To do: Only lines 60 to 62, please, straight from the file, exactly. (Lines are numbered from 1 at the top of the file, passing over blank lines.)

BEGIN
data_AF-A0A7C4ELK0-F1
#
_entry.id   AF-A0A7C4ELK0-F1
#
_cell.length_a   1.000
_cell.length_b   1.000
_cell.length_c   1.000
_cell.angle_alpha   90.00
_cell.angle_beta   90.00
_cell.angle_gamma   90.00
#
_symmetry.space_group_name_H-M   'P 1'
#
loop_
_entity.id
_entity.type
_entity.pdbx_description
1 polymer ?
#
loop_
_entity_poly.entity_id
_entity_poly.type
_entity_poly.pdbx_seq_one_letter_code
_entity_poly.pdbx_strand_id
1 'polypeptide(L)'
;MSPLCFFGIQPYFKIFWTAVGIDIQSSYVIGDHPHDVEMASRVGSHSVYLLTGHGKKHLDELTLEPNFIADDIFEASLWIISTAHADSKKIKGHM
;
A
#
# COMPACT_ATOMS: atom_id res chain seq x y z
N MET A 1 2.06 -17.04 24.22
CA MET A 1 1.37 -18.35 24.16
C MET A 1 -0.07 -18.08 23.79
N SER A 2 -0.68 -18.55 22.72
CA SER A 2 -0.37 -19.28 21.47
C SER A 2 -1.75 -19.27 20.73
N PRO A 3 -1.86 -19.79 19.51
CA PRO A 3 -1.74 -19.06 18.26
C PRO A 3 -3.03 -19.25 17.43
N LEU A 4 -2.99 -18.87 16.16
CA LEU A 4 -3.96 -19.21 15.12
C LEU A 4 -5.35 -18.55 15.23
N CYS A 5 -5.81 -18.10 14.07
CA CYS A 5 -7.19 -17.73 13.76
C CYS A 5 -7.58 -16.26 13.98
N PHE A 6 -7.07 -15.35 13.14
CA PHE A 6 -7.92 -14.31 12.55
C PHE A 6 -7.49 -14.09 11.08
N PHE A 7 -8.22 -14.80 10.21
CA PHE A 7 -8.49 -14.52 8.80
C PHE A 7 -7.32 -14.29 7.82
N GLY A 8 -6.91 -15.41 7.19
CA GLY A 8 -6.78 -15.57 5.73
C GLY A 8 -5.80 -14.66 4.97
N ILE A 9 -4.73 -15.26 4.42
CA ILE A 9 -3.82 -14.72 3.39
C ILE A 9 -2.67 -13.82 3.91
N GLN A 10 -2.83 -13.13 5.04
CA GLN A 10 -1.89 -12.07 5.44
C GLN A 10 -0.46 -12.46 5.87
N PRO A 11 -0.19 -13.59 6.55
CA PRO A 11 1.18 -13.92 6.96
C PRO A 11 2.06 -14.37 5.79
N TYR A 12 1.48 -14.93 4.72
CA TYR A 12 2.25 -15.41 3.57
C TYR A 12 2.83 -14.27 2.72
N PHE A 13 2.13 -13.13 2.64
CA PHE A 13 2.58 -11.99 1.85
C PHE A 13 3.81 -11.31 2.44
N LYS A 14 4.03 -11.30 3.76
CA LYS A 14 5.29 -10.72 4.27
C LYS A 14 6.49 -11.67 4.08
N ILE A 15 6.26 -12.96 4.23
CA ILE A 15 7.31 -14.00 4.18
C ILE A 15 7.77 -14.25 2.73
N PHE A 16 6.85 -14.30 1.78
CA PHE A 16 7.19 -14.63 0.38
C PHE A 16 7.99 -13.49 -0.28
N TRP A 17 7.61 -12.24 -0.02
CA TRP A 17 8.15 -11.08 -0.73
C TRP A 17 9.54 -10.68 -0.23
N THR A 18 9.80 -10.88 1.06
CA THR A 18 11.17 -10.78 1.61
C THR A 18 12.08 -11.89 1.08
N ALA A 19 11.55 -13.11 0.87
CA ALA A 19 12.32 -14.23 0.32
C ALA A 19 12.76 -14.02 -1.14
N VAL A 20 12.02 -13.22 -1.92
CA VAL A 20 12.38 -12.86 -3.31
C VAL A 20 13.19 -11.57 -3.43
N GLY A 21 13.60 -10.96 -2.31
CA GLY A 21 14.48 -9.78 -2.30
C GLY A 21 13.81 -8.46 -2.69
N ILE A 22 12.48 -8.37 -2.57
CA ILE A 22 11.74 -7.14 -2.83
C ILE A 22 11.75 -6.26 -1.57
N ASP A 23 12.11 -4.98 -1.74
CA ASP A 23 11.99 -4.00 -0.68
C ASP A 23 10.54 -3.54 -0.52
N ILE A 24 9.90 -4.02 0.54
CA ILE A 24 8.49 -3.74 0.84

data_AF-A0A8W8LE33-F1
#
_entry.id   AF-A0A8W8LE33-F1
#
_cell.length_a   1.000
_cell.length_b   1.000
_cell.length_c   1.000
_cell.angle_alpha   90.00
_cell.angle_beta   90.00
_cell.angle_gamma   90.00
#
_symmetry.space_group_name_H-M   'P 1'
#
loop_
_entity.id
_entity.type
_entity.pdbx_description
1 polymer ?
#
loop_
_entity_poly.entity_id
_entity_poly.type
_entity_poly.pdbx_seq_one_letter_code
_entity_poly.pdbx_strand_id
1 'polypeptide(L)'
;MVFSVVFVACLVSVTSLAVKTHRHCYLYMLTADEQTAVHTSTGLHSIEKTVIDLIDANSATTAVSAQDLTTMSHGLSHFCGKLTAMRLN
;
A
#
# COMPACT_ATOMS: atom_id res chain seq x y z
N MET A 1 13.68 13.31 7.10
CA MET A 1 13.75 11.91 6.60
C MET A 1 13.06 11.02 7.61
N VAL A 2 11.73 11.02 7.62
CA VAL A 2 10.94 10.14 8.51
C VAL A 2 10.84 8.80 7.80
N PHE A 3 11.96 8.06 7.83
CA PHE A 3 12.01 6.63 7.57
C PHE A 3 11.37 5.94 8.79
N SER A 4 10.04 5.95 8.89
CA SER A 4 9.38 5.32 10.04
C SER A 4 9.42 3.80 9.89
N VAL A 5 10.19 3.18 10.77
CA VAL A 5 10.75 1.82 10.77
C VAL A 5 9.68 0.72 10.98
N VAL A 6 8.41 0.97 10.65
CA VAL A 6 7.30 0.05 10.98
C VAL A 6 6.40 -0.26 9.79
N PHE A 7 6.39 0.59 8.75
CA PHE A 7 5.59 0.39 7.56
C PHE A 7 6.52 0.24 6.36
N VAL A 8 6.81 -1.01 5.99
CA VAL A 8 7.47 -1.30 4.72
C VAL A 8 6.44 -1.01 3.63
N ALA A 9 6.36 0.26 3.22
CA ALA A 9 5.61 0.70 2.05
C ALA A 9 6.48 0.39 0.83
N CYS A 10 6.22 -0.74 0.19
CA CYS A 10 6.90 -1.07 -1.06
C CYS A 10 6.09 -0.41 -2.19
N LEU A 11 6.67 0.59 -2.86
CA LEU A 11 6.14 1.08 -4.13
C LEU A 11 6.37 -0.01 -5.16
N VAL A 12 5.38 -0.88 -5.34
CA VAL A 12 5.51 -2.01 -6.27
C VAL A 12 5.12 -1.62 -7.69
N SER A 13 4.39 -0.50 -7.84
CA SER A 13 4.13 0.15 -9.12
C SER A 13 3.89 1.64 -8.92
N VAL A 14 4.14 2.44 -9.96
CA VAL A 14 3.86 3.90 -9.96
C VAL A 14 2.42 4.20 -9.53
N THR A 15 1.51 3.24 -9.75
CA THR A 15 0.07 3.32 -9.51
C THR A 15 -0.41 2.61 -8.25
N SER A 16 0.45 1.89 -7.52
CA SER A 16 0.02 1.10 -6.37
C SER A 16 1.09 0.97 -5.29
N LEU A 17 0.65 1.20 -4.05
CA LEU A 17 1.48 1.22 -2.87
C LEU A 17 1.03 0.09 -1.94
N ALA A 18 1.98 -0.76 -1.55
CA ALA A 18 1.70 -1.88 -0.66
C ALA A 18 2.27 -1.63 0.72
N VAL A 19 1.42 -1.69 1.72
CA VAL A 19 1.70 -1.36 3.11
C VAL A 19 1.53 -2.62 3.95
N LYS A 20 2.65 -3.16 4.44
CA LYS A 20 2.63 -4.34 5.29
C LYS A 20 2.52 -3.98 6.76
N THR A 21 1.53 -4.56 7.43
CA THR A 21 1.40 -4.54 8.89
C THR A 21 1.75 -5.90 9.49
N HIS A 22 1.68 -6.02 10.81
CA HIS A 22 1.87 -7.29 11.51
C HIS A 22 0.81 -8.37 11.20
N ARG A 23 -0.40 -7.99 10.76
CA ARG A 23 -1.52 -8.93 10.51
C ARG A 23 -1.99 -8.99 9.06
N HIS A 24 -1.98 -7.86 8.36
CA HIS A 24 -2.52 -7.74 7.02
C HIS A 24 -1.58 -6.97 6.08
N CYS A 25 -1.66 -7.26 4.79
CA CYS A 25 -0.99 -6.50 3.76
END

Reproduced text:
C GLN A 10 -0.46 -12.46 5.87
N PRO A 11 -0.19 -13.59 6.55
CA PRO A 11 1.18 -13.92 6.96